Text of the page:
I first came across the name William Hearn in Rothbard’s history of economic thought where he discusses some early precursors of Austrian economics.1
That he lived and worked in Australia at the University of Melbourne (1854-88) was an added bonus. Hearn’s book on Plutology (1864) should really have been the second volume in the series CIS Classics planned by the Centre for Independent Studies which only saw one volume published (2005) before it was aborted. That was Bruce Smith’s Liberty and Liberalism 1887) which I have resurrected and put online here.
I have put online four of Hearn’s books. He only wrote one on economics, the oddly named Plutology (1865)2 based on his lectures at the University of Melbourne. For decades it was the only economics book published in Australia until the 1920s, but since he was a laissez-faire free trader and, given the direction Australian economic policy went, nobody must have read it or taken any of its ideas to heart. The new Commonwealth of Australia which arose in 1901 was based on four sturdy pillars of statism, namely, protectionism, compulsory wage arbitration, the “White” Australia policy to prevent Asian immigration, and massive government ownership and control of infrastructure (or what was called at the time “state socialism”). Hearn would have been appalled.
Hearn’s contributions to economics have been dismissed by historians such as La Nauze as either superficial or plagiarised.3 Rothbard’s keen eye immediately saw that Hearns was moving in an entirely different direction to the mainstream “classical school” against which Hearns has been improperly judged and compared. In my own reading I was struck by how “Bastiat-like” his arguments were. Note especially this interesting chapter on the proper functions of the state: Chapter XXIII. “Of the Impediments Presented to Industry by Government”.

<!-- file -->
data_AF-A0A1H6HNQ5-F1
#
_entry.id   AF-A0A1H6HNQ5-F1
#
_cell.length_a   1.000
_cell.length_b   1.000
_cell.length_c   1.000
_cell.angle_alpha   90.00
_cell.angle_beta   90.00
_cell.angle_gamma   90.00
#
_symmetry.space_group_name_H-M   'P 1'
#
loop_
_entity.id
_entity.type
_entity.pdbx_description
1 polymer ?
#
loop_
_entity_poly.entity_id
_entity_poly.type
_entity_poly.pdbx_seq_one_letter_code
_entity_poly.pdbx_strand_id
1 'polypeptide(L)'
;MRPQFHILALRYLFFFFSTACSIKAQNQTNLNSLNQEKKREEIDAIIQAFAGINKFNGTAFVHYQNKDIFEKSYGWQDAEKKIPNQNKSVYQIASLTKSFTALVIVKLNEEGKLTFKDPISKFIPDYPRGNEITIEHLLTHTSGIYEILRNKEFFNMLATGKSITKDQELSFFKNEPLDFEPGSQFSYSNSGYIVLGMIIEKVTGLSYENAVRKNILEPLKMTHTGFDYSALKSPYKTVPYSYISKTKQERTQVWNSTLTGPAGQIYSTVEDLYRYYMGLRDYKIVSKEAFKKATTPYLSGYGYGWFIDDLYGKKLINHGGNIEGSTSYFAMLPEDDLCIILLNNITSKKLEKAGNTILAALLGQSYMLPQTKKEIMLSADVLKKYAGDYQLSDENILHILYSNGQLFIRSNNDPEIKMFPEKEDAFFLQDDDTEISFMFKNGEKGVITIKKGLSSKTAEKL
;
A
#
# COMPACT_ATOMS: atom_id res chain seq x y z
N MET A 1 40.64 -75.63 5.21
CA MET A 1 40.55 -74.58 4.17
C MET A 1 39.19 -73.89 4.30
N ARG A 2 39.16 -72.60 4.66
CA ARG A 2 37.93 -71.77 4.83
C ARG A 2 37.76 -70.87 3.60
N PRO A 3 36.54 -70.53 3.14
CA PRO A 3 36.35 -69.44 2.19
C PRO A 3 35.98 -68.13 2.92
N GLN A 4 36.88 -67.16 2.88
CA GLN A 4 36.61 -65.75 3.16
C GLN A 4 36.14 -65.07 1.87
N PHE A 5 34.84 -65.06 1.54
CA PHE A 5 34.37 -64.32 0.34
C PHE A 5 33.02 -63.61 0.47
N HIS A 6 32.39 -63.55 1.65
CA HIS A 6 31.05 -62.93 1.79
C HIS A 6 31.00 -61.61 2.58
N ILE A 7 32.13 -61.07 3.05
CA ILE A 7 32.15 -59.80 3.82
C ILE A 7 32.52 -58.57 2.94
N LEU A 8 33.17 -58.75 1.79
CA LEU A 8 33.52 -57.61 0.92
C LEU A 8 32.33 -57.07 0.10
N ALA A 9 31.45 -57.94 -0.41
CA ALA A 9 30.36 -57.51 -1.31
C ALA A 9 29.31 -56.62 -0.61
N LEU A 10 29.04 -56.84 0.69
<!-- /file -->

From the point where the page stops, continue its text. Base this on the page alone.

The Australia economist Greg Moore at the University of Notre Dame4 also takes Hearn’s ideas more seriously, seeing them as part of a much larger social theory about individual liberty and free societies, which he pursued in the volumes which followed Plutology which dealt with law, the sociology of the family and the clan, and the rise of the state. I have put all these books online (in facs. PDF) to begin with, but have made an initial attempt at putting Plutology in HTML as well.
David Kemp in his multi-volume history of Australian liberalism also has some positive things to say about Hearn: David Kemp, A Free Country: Australia’s Search for Utopia, 1861–1901 (Melbourne: The Miegunya Press, 2019). Section on Hearn in Chap. 10 “Liberalism and the New Economics.”
My collection of Hearn’s books can be found here. The HTML version of Plutology here.
- Volume II: Classical Economics (2006), “14.8 Plutology: Hearn and Donisthorpe,” pp. 463-65. See Hearn’s bio page for an extract from this here. [↩]
- From the Greek πλοῦτος, ploutos, ‘wealth’ , and λόγος logos , ‘speech’, ‘account’, ‘story’. [↩]
- J. A. La Nauze, “Hearn, William Edward (1826–1888)” Australian Dictionary of Biography, Volume 4, (Melbourne University Press, 1972). [↩]
- Gregory Moore, “The Anglo-Irish context for William Edward Hearn’s economic beliefs and the ultimate failure of his Plutology,” European Journal of the History of Economic Thought (2009). [↩]